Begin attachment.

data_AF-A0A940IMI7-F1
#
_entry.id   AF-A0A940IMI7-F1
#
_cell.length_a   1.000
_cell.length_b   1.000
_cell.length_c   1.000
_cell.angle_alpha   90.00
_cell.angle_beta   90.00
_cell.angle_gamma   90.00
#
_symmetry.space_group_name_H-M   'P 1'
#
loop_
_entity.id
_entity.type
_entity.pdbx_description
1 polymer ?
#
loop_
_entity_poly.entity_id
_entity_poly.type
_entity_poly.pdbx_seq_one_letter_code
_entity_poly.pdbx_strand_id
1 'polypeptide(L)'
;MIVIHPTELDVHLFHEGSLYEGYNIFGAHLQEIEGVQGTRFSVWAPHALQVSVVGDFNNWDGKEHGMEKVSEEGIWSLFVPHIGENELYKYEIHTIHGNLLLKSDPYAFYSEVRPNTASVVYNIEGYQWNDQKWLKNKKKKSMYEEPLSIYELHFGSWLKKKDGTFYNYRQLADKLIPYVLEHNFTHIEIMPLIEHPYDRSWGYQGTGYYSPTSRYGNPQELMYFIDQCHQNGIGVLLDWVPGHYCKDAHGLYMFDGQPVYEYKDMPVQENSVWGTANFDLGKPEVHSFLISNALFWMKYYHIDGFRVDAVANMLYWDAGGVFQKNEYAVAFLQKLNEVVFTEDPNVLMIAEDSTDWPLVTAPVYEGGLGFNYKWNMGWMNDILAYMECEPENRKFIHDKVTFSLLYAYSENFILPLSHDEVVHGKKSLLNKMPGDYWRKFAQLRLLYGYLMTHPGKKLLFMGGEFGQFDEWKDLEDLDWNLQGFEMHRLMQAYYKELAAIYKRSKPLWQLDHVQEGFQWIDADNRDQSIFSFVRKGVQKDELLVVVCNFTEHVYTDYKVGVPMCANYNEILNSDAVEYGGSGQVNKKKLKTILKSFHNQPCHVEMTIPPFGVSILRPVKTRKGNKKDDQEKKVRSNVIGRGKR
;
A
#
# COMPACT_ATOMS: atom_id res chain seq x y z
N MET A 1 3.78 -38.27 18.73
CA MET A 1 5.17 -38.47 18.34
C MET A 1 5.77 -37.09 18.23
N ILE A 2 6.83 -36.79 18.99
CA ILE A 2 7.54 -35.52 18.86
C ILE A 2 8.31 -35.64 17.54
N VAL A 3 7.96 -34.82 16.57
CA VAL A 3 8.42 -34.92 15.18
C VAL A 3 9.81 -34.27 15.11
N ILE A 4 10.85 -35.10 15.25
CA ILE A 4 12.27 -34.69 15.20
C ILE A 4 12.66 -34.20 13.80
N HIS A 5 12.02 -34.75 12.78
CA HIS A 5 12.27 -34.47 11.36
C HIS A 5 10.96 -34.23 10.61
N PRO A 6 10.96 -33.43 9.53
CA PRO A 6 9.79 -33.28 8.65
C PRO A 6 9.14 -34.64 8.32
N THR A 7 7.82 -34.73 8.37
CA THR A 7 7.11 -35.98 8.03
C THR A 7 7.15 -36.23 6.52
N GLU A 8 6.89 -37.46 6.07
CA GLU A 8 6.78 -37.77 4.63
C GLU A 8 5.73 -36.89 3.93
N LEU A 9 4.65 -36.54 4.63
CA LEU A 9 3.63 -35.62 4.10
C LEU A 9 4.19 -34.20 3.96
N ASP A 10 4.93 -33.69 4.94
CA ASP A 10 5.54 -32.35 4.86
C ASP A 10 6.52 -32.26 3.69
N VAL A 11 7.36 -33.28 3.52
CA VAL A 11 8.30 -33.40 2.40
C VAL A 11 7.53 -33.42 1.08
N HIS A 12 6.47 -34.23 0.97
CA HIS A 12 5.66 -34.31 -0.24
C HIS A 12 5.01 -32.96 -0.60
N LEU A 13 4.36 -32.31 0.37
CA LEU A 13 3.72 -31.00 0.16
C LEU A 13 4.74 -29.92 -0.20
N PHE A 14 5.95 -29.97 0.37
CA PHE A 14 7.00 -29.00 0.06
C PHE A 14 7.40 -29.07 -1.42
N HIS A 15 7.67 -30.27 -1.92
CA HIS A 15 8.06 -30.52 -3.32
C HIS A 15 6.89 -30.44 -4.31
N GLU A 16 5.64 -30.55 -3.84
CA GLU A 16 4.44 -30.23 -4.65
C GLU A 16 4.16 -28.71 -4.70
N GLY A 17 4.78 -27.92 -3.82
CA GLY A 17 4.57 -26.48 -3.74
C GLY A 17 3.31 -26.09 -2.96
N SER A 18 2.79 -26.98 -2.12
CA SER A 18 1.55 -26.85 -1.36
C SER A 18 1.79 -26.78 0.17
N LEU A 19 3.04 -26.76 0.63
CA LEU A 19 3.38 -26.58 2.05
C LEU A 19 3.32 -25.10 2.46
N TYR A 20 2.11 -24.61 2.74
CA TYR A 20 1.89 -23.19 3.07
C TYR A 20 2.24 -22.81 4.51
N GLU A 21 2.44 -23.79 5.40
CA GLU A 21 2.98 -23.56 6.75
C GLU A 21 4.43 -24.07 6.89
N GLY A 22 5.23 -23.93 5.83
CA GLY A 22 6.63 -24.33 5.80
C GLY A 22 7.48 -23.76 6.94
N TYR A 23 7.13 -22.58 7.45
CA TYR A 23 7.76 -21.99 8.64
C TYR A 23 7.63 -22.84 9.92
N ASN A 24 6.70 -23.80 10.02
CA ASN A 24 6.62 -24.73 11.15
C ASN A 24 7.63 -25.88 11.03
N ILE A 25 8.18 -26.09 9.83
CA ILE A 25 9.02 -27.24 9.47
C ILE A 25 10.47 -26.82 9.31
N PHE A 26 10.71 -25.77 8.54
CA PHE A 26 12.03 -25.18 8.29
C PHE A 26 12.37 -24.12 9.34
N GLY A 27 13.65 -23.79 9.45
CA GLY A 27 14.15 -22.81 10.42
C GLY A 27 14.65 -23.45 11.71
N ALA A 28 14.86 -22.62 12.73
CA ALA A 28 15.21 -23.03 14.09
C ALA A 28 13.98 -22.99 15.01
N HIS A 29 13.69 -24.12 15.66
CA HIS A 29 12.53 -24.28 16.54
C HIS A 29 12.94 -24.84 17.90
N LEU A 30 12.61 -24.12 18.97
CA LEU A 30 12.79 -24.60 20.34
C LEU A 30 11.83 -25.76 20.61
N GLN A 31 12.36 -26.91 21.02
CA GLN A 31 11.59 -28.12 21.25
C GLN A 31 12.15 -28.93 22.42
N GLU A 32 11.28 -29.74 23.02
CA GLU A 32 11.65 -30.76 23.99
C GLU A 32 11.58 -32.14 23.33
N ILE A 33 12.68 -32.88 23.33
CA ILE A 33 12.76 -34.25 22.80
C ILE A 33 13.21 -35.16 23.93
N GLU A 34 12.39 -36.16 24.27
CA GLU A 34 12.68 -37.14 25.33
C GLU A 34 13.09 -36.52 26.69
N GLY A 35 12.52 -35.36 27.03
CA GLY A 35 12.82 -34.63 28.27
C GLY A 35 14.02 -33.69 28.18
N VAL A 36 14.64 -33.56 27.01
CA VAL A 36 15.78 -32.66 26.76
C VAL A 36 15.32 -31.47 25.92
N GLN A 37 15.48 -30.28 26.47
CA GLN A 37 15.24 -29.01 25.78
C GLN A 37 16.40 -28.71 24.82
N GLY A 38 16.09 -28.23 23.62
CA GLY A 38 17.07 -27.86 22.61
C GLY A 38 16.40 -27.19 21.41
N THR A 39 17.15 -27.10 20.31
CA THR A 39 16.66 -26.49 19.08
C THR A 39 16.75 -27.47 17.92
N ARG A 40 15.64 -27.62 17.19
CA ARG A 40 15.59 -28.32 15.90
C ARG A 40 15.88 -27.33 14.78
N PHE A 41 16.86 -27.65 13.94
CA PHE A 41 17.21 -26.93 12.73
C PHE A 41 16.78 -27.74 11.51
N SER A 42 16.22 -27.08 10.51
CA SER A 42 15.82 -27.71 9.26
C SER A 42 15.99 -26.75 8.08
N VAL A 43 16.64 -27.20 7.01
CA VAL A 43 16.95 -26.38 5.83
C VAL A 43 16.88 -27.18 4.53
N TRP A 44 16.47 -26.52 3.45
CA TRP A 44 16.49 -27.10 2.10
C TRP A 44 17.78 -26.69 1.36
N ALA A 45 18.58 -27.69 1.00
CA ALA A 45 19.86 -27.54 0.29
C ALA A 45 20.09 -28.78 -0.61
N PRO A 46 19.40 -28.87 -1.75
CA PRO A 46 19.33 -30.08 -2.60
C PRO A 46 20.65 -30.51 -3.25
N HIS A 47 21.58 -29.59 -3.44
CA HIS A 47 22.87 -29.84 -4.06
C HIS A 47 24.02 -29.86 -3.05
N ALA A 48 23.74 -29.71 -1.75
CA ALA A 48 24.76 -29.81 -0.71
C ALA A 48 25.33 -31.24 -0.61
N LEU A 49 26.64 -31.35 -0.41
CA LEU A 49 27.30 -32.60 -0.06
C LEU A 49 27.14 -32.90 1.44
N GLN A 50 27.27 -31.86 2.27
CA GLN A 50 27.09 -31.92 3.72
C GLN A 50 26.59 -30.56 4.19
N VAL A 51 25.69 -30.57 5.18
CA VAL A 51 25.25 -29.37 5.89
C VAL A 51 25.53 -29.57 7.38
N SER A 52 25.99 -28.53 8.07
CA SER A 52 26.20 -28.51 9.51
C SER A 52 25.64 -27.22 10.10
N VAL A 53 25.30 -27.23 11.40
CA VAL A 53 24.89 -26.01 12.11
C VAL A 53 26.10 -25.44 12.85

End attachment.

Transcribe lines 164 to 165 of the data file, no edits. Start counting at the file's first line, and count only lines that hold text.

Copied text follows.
CA ALA A 45 19.86 -27.54 0.29
C ALA A 45 20.09 -28.78 -0.61